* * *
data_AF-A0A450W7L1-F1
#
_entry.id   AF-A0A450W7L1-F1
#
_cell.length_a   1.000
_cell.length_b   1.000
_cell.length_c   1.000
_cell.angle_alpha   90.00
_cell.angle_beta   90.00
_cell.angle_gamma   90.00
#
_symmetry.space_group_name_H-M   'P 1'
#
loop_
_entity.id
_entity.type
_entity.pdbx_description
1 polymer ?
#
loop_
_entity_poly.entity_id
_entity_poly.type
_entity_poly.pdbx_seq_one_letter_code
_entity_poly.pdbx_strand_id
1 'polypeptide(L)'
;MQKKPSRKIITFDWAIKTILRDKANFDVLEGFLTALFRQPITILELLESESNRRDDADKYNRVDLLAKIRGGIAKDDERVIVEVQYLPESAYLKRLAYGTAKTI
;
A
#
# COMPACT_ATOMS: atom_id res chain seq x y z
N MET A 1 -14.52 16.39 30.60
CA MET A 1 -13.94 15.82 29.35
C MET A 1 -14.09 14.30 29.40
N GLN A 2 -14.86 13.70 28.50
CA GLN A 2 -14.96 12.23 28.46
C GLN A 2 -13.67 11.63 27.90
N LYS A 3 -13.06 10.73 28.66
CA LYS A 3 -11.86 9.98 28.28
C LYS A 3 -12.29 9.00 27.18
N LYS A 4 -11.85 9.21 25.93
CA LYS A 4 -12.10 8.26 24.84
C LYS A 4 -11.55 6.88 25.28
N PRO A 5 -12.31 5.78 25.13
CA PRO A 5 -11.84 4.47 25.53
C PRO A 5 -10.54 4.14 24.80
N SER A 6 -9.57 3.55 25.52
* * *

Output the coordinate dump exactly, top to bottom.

data_AF-A0A450W7L1-F1
#
_entry.id   AF-A0A450W7L1-F1
#
_cell.length_a   1.000
_cell.length_b   1.000
_cell.length_c   1.000
_cell.angle_alpha   90.00
_cell.angle_beta   90.00
_cell.angle_gamma   90.00
#
_symmetry.space_group_name_H-M   'P 1'
#
loop_
_entity.id
_entity.type
_entity.pdbx_description
1 polymer ?
#
loop_
_entity_poly.entity_id
_entity_poly.type
_entity_poly.pdbx_seq_one_letter_code
_entity_poly.pdbx_strand_id
1 'polypeptide(L)'
;MQKKPSRKIITFDWAIKTILRDKANFDVLEGFLTALFRQPITILELLESESNRRDDADKYNRVDLLAKIRGGIAKDDERVIVEVQYLPESAYLKRLAYGTAKTI
;
A
#
# COMPACT_ATOMS: atom_id res chain seq x y z
N MET A 1 -14.52 16.39 30.60
CA MET A 1 -13.94 15.82 29.35
C MET A 1 -14.09 14.30 29.40
N GLN A 2 -14.86 13.70 28.50
CA GLN A 2 -14.96 12.23 28.46
C GLN A 2 -13.67 11.63 27.90
N LYS A 3 -13.06 10.73 28.66
CA LYS A 3 -11.86 9.98 28.28
C LYS A 3 -12.29 9.00 27.18
N LYS A 4 -11.85 9.21 25.93
CA LYS A 4 -12.10 8.26 24.84
C LYS A 4 -11.55 6.88 25.28
N PRO A 5 -12.31 5.78 25.13
CA PRO A 5 -11.84 4.47 25.53
C PRO A 5 -10.54 4.14 24.80
N SER A 6 -9.57 3.55 25.52